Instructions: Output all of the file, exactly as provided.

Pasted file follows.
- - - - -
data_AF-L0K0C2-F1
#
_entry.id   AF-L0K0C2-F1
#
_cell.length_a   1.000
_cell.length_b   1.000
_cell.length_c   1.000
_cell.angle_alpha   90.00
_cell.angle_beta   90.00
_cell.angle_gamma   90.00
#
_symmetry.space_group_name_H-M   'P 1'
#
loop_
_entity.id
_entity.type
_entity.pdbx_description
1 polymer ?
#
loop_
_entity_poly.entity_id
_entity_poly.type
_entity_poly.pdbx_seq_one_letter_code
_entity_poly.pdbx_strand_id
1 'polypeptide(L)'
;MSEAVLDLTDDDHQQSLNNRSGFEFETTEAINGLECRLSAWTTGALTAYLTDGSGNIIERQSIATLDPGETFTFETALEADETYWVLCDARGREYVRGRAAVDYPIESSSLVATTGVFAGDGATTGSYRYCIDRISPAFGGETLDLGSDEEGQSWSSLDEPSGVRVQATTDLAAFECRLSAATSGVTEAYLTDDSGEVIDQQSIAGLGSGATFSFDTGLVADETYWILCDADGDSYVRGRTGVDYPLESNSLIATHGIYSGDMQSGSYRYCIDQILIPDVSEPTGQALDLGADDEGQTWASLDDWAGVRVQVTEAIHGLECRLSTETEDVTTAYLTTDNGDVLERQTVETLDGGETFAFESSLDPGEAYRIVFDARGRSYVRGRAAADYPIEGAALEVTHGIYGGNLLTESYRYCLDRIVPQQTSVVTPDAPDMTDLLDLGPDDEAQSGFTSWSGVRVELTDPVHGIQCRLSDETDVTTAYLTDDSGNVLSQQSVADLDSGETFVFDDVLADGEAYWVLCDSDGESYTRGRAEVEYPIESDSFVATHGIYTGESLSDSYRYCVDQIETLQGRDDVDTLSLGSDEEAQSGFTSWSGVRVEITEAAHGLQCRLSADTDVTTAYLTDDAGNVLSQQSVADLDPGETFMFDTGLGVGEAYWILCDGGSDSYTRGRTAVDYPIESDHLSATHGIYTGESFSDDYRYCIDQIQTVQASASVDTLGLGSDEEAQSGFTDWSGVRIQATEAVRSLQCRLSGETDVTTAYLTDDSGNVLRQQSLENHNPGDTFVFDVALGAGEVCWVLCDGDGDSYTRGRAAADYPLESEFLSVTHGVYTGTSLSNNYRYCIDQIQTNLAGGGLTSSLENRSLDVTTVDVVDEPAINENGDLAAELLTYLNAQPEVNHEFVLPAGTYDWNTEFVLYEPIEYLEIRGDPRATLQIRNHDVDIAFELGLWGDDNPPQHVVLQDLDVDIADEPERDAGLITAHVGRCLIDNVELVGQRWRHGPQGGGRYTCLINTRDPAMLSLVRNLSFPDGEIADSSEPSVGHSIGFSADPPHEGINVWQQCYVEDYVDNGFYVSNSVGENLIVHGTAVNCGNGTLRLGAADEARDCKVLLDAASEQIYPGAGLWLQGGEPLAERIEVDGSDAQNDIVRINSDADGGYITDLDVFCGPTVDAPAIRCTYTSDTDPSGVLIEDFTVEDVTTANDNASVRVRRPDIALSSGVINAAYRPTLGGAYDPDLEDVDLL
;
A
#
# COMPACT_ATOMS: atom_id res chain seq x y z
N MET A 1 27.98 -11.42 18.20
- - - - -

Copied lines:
data_AF-L0K0C2-F1
#
_entry.id   AF-L0K0C2-F1
#
_cell.length_a   1.000
_cell.length_b   1.000
_cell.length_c   1.000
_cell.angle_alpha   90.00
_cell.angle_beta   90.00
_cell.angle_gamma   90.00
#
_symmetry.space_group_name_H-M   'P 1'
#
loop_
_entity.id
_entity.type
_entity.pdbx_description
1 polymer ?
#
loop_
_entity_poly.entity_id
_entity_poly.type
_entity_poly.pdbx_seq_one_letter_code
_entity_poly.pdbx_strand_id
1 'polypeptide(L)'
;MSEAVLDLTDDDHQQSLNNRSGFEFETTEAINGLECRLSAWTTGALTAYLTDGSGNIIERQSIATLDPGETFTFETALEADETYWVLCDARGREYVRGRAAVDYPIESSSLVATTGVFAGDGATTGSYRYCIDRISPAFGGETLDLGSDEEGQSWSSLDEPSGVRVQATTDLAAFECRLSAATSGVTEAYLTDDSGEVIDQQSIAGLGSGATFSFDTGLVADETYWILCDADGDSYVRGRTGVDYPLESNSLIATHGIYSGDMQSGSYRYCIDQILIPDVSEPTGQALDLGADDEGQTWASLDDWAGVRVQVTEAIHGLECRLSTETEDVTTAYLTTDNGDVLERQTVETLDGGETFAFESSLDPGEAYRIVFDARGRSYVRGRAAADYPIEGAALEVTHGIYGGNLLTESYRYCLDRIVPQQTSVVTPDAPDMTDLLDLGPDDEAQSGFTSWSGVRVELTDPVHGIQCRLSDETDVTTAYLTDDSGNVLSQQSVADLDSGETFVFDDVLADGEAYWVLCDSDGESYTRGRAEVEYPIESDSFVATHGIYTGESLSDSYRYCVDQIETLQGRDDVDTLSLGSDEEAQSGFTSWSGVRVEITEAAHGLQCRLSADTDVTTAYLTDDAGNVLSQQSVADLDPGETFMFDTGLGVGEAYWILCDGGSDSYTRGRTAVDYPIESDHLSATHGIYTGESFSDDYRYCIDQIQTVQASASVDTLGLGSDEEAQSGFTDWSGVRIQATEAVRSLQCRLSGETDVTTAYLTDDSGNVLRQQSLENHNPGDTFVFDVALGAGEVCWVLCDGDGDSYTRGRAAADYPLESEFLSVTHGVYTGTSLSNNYRYCIDQIQTNLAGGGLTSSLENRSLDVTTVDVVDEPAINENGDLAAELLTYLNAQPEVNHEFVLPAGTYDWNTEFVLYEPIEYLEIRGDPRATLQIRNHDVDIAFELGLWGDDNPPQHVVLQDLDVDIADEPERDAGLITAHVGRCLIDNVELVGQRWRHGPQGGGRYTCLINTRDPAMLSLVRNLSFPDGEIADSSEPSVGHSIGFSADPPHEGINVWQQCYVEDYVDNGFYVSNSVGENLIVHGTAVNCGNGTLRLGAADEARDCKVLLDAASEQIYPGAGLWLQGGEPLAERIEVDGSDAQNDIVRINSDADGGYITDLDVFCGPTVDAPAIRCTYTSDTDPSGVLIEDFTVEDVTTANDNASVRVRRPDIALSSGVINAAYRPTLGGAYDPDLEDVDLL
;
A
#
# COMPACT_ATOMS: atom_id res chain seq x y z
N MET A 1 27.98 -11.42 18.20